The 95-year-old businessman from North Carolina named Bruton Smith passed away on Wednesday from natural causes. He was one of the most active track owners and promoters in NASCAR history. Speedway Motorsports Inc., the organization Smith created and which included his motorsports portfolio, confirmed his passing.
Jim France, chairman of NASCAR, issued a statement
“NASCAR depends heavily on its racegoers and always will. Nobody knew this better than Bruton Smith. A straightforward idea guided Bruton’s construction of his racetracks: to provide racegoers with lifelong experiences. Bruton contributed to the growth of NASCAR‘s recognition as the most popular spectator sport in the process. Many others were impressed by his vision and legacy, and his son Marcus continues his fan-first philosophy today. I extend my condolences to Bruton Smith’s family and friends on behalf of NASCAR as a whole and the France family. He was a legend in our sport.”
After graduating from high school, Smith, who was born in 1927 to a farming family in Oakboro, North Carolina, decided to pursue his dream of driving a race car. He used the $700 he had saved from his employment at a hosiery mill to fund his vehicle. Smith’s racing career was short-lived, so he resorted to marketing automobiles and racing sponsorships before being called up to serve in the American Army during the Korean War. Smith returned to his automotive business after serving as a paratrooper in the United States for two years, this time advertising motor races for the newly formed NASCAR.
With Curtis Turner, Smith built Charlotte Motor Speedway
A cutting-edge 1.5-mile track that has grown to be one of NASCAR’s most recognizable venues after proving itself as a reliable promoter. This partnership would set the standard for the remainder of Smith’s career. By combining all of his racing holdings more than 30 years later, Bruton Smith created Speedway Motorsports Inc. (SMI) in December 1994. SMI soon became the first motorsports business to be traded on the New York Stock Exchange.
Smith rose to prominence in NASCAR as a controversial and creative personality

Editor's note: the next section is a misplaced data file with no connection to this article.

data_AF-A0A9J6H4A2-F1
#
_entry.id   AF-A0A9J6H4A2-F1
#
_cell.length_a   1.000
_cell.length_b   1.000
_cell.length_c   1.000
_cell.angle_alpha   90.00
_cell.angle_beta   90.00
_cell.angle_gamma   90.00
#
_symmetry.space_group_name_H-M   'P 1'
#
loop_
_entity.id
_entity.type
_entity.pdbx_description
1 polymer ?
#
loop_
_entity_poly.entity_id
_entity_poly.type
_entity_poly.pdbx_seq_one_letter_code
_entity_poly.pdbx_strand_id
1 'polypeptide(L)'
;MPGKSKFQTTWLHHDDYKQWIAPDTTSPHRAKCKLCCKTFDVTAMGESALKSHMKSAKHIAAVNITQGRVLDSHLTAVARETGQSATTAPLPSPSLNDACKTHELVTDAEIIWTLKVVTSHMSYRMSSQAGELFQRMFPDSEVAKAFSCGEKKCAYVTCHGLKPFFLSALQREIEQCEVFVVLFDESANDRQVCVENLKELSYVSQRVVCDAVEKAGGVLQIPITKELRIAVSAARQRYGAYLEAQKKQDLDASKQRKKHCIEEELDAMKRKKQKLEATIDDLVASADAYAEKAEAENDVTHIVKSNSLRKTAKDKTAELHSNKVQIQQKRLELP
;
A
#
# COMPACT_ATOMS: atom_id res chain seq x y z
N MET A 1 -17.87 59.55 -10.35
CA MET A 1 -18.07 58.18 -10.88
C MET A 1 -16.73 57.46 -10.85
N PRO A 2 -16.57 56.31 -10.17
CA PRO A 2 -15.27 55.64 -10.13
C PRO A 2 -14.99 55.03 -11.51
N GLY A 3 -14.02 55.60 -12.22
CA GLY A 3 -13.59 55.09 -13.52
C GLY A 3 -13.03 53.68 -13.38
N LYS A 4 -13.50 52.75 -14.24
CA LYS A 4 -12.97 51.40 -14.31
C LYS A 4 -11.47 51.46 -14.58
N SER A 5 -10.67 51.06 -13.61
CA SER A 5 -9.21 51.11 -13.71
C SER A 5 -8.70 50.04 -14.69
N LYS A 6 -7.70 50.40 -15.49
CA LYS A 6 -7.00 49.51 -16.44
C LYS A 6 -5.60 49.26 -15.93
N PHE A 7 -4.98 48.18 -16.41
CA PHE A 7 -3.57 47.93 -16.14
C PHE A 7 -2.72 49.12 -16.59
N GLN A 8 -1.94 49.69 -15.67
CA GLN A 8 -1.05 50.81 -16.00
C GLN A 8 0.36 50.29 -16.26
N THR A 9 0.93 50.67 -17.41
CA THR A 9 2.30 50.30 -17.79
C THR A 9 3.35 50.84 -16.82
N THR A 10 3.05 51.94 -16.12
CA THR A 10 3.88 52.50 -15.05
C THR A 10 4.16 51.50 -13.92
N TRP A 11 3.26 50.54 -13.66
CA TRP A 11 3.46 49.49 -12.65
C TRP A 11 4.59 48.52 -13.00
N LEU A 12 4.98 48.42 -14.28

Thanks to his portfolio of nearly a dozen tracks and focus on cutting-edge infrastructure. During the 1990s, he played a key role in the growth of the sport by supervising the development of the Texas Motor Speedway and Las Vegas Motor Speedway, which helped the sports branch out from its southern roots and into more developed markets. Aside from that, he was in charge of big-budget initiatives like the 1992 installation of lighting at Charlotte Motor Speedway. He also handled the modernization of circuits like Atlanta Motor Speedway and Bristol Motor Speedway.
But Smith became a contentious figure because of their techniques. He was heavily criticized, for example, for purchasing the storied North Wilkesboro Speedway, shuttering it, and shifting the two Cup Series events from that track to his more contemporary sites when the track’s founder Enoch Staley passed away.
In order to construct a drag strip next to Charlotte Motor Speedway, he also utilized strong-arm tactics against the city of Concord. He was also suspected of harboring animosity toward NASCAR when he was alleged to have secretly supported two antitrust cases against the sanctioning organization. Smith did, however, make a significant contribution to NASCAR. The NASCAR Hall of Fame also recognized Smith in 2016 by inducting him.
Smith had been giving way to son Marcus in recent years
He had a less visible position at Speedway Motorsports Inc. Sonic Automotive, EchoPark Automotive, and SMI affiliates like U.S. Legends Cars International, Performance Racing Network, and zMAX Micro Lubricants were all included in Smith’s portfolio of businesses.
Scott, Marcus, and David Smith’s sons, Anna Lisa Smith’s daughter, Bonnie Smith, and Bruton Smith’s seven grandchildren are his only heirs.
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